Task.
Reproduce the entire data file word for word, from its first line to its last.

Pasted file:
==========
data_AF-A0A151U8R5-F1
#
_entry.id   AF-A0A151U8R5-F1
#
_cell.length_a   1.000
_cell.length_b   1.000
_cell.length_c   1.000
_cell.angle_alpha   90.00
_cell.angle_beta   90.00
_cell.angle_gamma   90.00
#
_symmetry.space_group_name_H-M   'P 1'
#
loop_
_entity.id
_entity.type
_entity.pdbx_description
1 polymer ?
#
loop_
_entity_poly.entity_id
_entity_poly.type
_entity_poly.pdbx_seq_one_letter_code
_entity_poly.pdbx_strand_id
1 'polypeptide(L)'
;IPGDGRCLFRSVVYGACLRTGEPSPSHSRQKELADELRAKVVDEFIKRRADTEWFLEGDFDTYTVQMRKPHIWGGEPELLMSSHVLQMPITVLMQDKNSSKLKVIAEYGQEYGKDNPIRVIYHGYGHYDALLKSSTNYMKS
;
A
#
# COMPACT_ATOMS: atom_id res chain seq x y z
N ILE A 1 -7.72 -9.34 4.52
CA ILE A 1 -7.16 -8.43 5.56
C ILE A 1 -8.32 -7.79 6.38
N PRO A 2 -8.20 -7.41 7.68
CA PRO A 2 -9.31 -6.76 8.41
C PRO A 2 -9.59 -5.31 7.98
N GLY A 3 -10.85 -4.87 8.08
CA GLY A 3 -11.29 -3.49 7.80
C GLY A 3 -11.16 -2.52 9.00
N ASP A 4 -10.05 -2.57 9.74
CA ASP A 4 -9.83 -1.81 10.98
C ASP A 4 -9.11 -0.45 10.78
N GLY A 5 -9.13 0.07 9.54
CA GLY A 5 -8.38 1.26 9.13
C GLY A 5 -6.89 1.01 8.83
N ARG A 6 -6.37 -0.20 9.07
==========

data_AF-A0A151U8R5-F1
#
_entry.id   AF-A0A151U8R5-F1
#
_cell.length_a   1.000
_cell.length_b   1.000
_cell.length_c   1.000
_cell.angle_alpha   90.00
_cell.angle_beta   90.00
_cell.angle_gamma   90.00
#
_symmetry.space_group_name_H-M   'P 1'
#
loop_
_entity.id
_entity.type
_entity.pdbx_description
1 polymer ?
#
loop_
_entity_poly.entity_id
_entity_poly.type
_entity_poly.pdbx_seq_one_letter_code
_entity_poly.pdbx_strand_id
1 'polypeptide(L)'
;IPGDGRCLFRSVVYGACLRTGEPSPSHSRQKELADELRAKVVDEFIKRRADTEWFLEGDFDTYTVQMRKPHIWGGEPELLMSSHVLQMPITVLMQDKNSSKLKVIAEYGQEYGKDNPIRVIYHGYGHYDALLKSSTNYMKS
;
A
#
# COMPACT_ATOMS: atom_id res chain seq x y z
N ILE A 1 -7.72 -9.34 4.52
CA ILE A 1 -7.16 -8.43 5.56
C ILE A 1 -8.32 -7.79 6.38
N PRO A 2 -8.20 -7.41 7.68
CA PRO A 2 -9.31 -6.76 8.41
C PRO A 2 -9.59 -5.31 7.98
N GLY A 3 -10.85 -4.87 8.08
CA GLY A 3 -11.29 -3.49 7.80
C GLY A 3 -11.16 -2.52 9.00
N ASP A 4 -10.05 -2.57 9.74
CA ASP A 4 -9.83 -1.81 10.98
C ASP A 4 -9.11 -0.45 10.78
N GLY A 5 -9.13 0.07 9.54
CA GLY A 5 -8.38 1.26 9.13
C GLY A 5 -6.89 1.01 8.83
N ARG A 6 -6.37 -0.20 9.07